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New leaders begin service over the summer

Spokane is experiencing a shift in leadership in the faith and education communities.  Along with these changes are shifts that occur every year in congregations and nonprofits. Each leader brings new ideas and approaches, and each also builds on the legacy and wisdom of previous leaders.

The following stories were compiled from press releases to introduce the leaders.  The Fig Tree will write feature stories once they have been in their roles for a while.

Thayne McCulloh

Thane McCulloh

Thayne McCulloh is Gonzaga University’s 26th president

During July, the Gonzaga University Board of Trustees elected a lay leader, Thayne McCulloh, as the Jesuit university’s 26th president, succeeding the Rev. Robert Spitzer, S.J.  Thayne, who will be inaugurated as president at 3 p.m., Friday, Oct. 22, at McCarthey Athletic Center, has served as interim president since his predecessor left in July 2009.

The 45-year-old social psychologist has served Gonzaga in various academic and administrative positions for 20 years.

The university’s Board of Members suspended Gonzaga’s bylaws, which stipulate that the president must be a Jesuit. 

“Our world is filled with technological advancement and staggering challenges because of poverty, economic instability and international conflict,” he said.  “In this context, our Jesuit-led mission is more important than ever. We are engaged in a transformational process, preparing students to be well-educated women and men who will make a long-lasting impact on our community and world.”

Since beginning at Gonzaga, he has promoted academic excellence, community relations and institutional health.  He has taught in Gonzaga’s psychology department, emphasizing cross-cultural psychology.

As interim president, he has helped navigate Gonzaga through the economic recession, implementing new resource strategies.

Thayne, who grew up in Washington, D.C., and Seattle, completed three years as food service sergeant in the U.S. Army before beginning studies in 1986 at Gonzaga, where he met his wife, Julie.  He earned a bachelor’s degree in psychology in 1989, and went on to earn master’s and doctoral degrees in experimental social psychology at Oxford University in England in 1998.

Thayne, who attends St. Ann’s Catholic Church in Spokane, served two years as interim academic vice president before becoming interim president in July 2009.  He has served in a variety of administrative roles at GU since 1990.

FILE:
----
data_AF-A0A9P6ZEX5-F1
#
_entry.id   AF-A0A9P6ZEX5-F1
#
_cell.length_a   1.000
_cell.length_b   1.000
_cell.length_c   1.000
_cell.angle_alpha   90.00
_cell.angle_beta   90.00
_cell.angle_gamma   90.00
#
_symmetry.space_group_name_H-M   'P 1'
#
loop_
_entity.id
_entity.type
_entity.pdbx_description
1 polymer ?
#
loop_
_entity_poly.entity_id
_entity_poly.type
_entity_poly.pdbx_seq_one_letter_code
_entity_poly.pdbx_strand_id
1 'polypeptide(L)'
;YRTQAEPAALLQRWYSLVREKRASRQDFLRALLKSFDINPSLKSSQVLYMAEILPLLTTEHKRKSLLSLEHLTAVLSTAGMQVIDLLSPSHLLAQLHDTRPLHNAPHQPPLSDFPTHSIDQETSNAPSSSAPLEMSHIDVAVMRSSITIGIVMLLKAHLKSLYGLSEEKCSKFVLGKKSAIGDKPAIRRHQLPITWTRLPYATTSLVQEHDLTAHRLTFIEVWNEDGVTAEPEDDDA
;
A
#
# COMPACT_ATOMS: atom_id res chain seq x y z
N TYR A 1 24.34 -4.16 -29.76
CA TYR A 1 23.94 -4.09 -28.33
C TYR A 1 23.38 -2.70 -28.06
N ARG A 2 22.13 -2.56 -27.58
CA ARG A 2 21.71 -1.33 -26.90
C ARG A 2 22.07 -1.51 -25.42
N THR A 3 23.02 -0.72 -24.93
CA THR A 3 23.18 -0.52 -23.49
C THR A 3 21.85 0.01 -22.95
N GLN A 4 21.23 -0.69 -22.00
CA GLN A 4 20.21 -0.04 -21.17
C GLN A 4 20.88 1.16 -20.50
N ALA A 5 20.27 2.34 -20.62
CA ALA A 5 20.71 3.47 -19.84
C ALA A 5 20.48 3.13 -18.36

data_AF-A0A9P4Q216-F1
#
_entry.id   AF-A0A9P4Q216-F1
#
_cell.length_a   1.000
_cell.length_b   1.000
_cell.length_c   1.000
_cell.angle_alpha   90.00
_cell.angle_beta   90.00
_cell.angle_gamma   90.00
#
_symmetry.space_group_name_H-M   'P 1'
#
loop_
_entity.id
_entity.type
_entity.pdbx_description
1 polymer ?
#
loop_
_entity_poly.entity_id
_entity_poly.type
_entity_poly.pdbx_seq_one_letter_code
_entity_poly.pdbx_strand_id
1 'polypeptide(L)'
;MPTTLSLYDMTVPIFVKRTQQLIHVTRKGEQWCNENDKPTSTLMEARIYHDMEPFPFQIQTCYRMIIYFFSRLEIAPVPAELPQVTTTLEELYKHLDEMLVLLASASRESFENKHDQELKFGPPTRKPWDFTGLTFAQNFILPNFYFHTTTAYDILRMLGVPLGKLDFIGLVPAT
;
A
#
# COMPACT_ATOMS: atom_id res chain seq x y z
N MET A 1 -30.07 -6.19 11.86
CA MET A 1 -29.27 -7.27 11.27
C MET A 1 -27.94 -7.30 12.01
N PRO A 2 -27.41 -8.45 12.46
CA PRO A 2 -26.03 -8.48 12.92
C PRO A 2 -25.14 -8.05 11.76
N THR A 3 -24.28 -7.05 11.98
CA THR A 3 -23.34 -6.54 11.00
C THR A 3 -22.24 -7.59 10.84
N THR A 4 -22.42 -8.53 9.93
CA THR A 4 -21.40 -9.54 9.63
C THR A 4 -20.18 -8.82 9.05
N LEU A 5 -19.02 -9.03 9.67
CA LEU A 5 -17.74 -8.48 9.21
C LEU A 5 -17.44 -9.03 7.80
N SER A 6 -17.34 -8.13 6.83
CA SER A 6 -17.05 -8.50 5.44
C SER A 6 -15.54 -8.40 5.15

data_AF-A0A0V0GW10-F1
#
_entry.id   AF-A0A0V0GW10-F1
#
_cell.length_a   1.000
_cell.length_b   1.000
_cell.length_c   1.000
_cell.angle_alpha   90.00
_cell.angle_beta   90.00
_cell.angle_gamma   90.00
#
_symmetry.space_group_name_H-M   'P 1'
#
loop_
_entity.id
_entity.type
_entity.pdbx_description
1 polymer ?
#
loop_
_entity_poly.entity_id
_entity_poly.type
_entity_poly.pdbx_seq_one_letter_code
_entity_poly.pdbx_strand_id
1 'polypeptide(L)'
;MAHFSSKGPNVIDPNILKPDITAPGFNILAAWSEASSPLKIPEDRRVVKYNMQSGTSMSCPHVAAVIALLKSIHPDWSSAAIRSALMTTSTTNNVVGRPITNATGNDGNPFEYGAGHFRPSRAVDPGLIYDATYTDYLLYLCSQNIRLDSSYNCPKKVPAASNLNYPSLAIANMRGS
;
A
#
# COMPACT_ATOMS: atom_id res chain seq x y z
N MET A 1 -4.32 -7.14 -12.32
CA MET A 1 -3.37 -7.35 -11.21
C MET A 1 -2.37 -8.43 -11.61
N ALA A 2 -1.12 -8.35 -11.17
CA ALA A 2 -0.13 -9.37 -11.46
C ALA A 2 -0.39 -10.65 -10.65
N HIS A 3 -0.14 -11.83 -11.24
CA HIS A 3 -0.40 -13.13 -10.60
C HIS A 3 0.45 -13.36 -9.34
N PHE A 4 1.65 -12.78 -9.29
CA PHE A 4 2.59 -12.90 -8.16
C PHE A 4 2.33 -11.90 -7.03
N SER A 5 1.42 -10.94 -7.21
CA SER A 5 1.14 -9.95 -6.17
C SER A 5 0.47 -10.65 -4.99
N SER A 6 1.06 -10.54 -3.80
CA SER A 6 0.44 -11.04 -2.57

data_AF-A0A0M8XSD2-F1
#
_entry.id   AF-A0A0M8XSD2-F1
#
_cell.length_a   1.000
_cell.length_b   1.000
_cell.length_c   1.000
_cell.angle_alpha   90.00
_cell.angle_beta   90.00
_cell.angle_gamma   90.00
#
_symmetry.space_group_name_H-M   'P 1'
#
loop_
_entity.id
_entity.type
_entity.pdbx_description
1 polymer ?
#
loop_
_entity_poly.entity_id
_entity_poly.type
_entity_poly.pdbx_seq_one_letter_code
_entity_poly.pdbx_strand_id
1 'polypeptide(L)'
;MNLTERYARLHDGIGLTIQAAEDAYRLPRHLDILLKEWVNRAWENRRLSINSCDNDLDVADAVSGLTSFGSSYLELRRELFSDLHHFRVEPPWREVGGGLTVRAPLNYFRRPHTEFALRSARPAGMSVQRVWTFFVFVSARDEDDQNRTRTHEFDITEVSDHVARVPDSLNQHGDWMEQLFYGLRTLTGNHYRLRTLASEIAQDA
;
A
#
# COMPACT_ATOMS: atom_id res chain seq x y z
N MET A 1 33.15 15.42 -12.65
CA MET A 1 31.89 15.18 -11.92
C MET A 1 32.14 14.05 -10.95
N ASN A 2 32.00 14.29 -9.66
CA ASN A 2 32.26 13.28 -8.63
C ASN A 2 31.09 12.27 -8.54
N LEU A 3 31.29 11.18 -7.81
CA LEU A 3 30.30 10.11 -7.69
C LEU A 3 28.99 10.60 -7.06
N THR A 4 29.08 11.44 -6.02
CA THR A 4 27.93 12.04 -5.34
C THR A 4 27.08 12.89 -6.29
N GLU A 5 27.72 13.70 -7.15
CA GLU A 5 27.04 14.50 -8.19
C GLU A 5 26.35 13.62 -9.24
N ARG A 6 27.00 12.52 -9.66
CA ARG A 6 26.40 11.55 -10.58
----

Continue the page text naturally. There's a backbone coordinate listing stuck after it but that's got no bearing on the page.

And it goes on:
Thayne wants to provide students the caliber of experience he had as a student 20 years ago.

For information, call 313-6102.

Beck Taylor

Beck Taylor

Beck Taylor is Whitworth University’s 18th president

Beck Taylor assumed duties July 1 as the 18th president of Whitworth University in Spokane, succeeding Bill Robinson, who served for 17 years.  Bill will work with him as a transitional consultant for the coming year.

His inauguration will be at 3 p.m., Friday, Oct. 15, in Cowles Memorial Auditorium on campus, as part of a week-long series of events on what it means for Whitworth to be “A Community of Courage.”

Beck, 40, said he was drawn to Whitworth’s “strong sense of community and its mission to uphold both rigorous, open intellectual inquiry and a commitment to Christian conviction as complementary rather than competing values.

“Whitworth is a leader among Christian universities because it is courageous in its quest to nurture the life of the mind and to engage society’s important issues,” he said. 

Since 2005, Beck has been dean and professor of economics for the Brock School of Business at Samford University in Birmingham, Ala.  He previously was associate dean for research and faculty development for the Hankamer School of Business at Baylor University.

After earning his undergraduate degree in economics and finance at Baylor, he worked as an analyst for Andersen Consulting in Houston, Tex. He earned master’s and doctoral degrees in economics from Purdue University in West Lafayette, Ind.

In 2000, he began to teach economics at Baylor and was appointed in 2002 as a visiting scholar to Harvard University for a year at the Harvard Graduate School of Education.

At Samford’s Brock School of Business, Beck helped to transform the business school by building a $100 million endowment and establishing eight new academic programs .

He has published more than 24 studies in economics journals on research in public health and child developmental psychology.  

His research has been cited by such organizations as National Center for Children and Poverty at Columbia University, the Center for Law and Social Policy, the Center for the Advancement of Health, the National Institute for Child Health and Human Development, and the Heritage Foundation.

Taylor and his wife of 17 years, Julie, have three children: Zach, Lauren and Chloe.

For information, call 747-3200 or email

Bishop BlaseCupich

Bishop Blase Cupich

New bishop named to serve